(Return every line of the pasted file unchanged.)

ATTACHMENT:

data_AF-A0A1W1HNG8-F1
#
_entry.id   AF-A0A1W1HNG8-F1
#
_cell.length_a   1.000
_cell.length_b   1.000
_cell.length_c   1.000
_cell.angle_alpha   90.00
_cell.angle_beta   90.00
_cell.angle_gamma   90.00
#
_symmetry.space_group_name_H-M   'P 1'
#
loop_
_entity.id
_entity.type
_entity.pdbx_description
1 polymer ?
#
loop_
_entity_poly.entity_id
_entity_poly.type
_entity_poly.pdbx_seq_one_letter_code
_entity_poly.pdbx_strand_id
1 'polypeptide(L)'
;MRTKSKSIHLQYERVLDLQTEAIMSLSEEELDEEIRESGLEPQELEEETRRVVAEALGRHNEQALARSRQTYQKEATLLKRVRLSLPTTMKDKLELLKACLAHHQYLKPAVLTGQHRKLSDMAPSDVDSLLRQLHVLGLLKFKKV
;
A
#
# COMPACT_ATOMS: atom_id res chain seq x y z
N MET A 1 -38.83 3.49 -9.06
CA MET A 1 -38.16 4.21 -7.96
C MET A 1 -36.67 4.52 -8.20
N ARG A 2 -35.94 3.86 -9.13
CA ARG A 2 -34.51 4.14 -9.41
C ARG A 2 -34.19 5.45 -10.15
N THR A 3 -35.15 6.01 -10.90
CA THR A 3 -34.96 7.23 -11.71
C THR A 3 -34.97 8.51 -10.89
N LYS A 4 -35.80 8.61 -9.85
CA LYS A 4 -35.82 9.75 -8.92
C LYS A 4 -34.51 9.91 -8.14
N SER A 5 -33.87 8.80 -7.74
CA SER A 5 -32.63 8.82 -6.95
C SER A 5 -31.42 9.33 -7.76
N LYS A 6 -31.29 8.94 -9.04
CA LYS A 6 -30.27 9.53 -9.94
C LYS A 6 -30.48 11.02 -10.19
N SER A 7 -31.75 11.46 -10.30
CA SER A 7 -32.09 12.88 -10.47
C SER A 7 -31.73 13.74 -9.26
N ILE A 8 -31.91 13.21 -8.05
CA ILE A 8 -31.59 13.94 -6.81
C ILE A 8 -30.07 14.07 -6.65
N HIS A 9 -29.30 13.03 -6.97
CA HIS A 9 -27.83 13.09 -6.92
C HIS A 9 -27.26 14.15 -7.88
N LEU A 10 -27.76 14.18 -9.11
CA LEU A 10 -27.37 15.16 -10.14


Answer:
data_AF-A0A1W1HNG8-F1
#
_entry.id   AF-A0A1W1HNG8-F1
#
_cell.length_a   1.000
_cell.length_b   1.000
_cell.length_c   1.000
_cell.angle_alpha   90.00
_cell.angle_beta   90.00
_cell.angle_gamma   90.00
#
_symmetry.space_group_name_H-M   'P 1'
#
loop_
_entity.id
_entity.type
_entity.pdbx_description
1 polymer ?
#
loop_
_entity_poly.entity_id
_entity_poly.type
_entity_poly.pdbx_seq_one_letter_code
_entity_poly.pdbx_strand_id
1 'polypeptide(L)'
;MRTKSKSIHLQYERVLDLQTEAIMSLSEEELDEEIRESGLEPQELEEETRRVVAEALGRHNEQALARSRQTYQKEATLLKRVRLSLPTTMKDKLELLKACLAHHQYLKPAVLTGQHRKLSDMAPSDVDSLLRQLHVLGLLKFKKV
;
A
#
# COMPACT_ATOMS: atom_id res chain seq x y z
N MET A 1 -38.83 3.49 -9.06
CA MET A 1 -38.16 4.21 -7.96
C MET A 1 -36.67 4.52 -8.20
N ARG A 2 -35.94 3.86 -9.13
CA ARG A 2 -34.51 4.14 -9.41
C ARG A 2 -34.19 5.45 -10.15
N THR A 3 -35.15 6.01 -10.90
CA THR A 3 -34.96 7.23 -11.71
C THR A 3 -34.97 8.51 -10.89
N LYS A 4 -35.80 8.61 -9.85
CA LYS A 4 -35.82 9.75 -8.92
C LYS A 4 -34.51 9.91 -8.14
N SER A 5 -33.87 8.80 -7.74
CA SER A 5 -32.63 8.82 -6.95
C SER A 5 -31.42 9.33 -7.76
N LYS A 6 -31.29 8.94 -9.04
CA LYS A 6 -30.27 9.53 -9.94
C LYS A 6 -30.48 11.02 -10.19
N SER A 7 -31.75 11.46 -10.30
CA SER A 7 -32.09 12.88 -10.47
C SER A 7 -31.73 13.74 -9.26
N ILE A 8 -31.91 13.21 -8.05
CA ILE A 8 -31.59 13.94 -6.81
C ILE A 8 -30.07 14.07 -6.65
N HIS A 9 -29.30 13.03 -6.97
CA HIS A 9 -27.83 13.09 -6.92
C HIS A 9 -27.26 14.15 -7.88
N LEU A 10 -27.76 14.18 -9.11
CA LEU A 10 -27.37 15.16 -10.14